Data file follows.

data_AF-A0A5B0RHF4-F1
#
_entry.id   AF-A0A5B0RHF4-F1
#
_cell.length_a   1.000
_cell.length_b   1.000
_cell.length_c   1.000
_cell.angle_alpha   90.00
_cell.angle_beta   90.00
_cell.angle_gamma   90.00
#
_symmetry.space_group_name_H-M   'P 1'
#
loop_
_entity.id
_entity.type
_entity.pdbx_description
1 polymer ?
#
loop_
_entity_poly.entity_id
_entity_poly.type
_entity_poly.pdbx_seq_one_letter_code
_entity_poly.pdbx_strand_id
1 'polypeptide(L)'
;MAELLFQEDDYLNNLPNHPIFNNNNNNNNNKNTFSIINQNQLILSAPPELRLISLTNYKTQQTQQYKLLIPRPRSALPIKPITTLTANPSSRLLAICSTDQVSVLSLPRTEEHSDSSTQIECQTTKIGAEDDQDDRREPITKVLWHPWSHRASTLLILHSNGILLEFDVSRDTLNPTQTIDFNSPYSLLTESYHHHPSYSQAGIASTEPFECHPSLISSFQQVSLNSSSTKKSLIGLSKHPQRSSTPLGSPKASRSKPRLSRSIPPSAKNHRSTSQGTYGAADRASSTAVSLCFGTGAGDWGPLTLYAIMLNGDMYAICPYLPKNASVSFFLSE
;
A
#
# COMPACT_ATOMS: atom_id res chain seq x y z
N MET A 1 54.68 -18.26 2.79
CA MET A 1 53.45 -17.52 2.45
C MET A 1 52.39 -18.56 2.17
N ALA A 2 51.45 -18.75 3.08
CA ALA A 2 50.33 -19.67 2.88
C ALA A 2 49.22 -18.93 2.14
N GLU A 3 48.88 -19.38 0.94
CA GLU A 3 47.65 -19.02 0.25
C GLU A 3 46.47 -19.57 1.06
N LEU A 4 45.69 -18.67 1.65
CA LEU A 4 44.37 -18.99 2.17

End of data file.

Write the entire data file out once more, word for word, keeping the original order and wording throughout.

data_AF-A0A5B0RHF4-F1
#
_entry.id   AF-A0A5B0RHF4-F1
#
_cell.length_a   1.000
_cell.length_b   1.000
_cell.length_c   1.000
_cell.angle_alpha   90.00
_cell.angle_beta   90.00
_cell.angle_gamma   90.00
#
_symmetry.space_group_name_H-M   'P 1'
#
loop_
_entity.id
_entity.type
_entity.pdbx_description
1 polymer ?
#
loop_
_entity_poly.entity_id
_entity_poly.type
_entity_poly.pdbx_seq_one_letter_code
_entity_poly.pdbx_strand_id
1 'polypeptide(L)'
;MAELLFQEDDYLNNLPNHPIFNNNNNNNNNKNTFSIINQNQLILSAPPELRLISLTNYKTQQTQQYKLLIPRPRSALPIKPITTLTANPSSRLLAICSTDQVSVLSLPRTEEHSDSSTQIECQTTKIGAEDDQDDRREPITKVLWHPWSHRASTLLILHSNGILLEFDVSRDTLNPTQTIDFNSPYSLLTESYHHHPSYSQAGIASTEPFECHPSLISSFQQVSLNSSSTKKSLIGLSKHPQRSSTPLGSPKASRSKPRLSRSIPPSAKNHRSTSQGTYGAADRASSTAVSLCFGTGAGDWGPLTLYAIMLNGDMYAICPYLPKNASVSFFLSE
;
A
#
# COMPACT_ATOMS: atom_id res chain seq x y z
N MET A 1 54.68 -18.26 2.79
CA MET A 1 53.45 -17.52 2.45
C MET A 1 52.39 -18.56 2.17
N ALA A 2 51.45 -18.75 3.08
CA ALA A 2 50.33 -19.67 2.88
C ALA A 2 49.22 -18.93 2.14
N GLU A 3 48.88 -19.38 0.94
CA GLU A 3 47.65 -19.02 0.25
C GLU A 3 46.47 -19.57 1.06
N LEU A 4 45.69 -18.67 1.65
CA LEU A 4 44.37 -18.99 2.17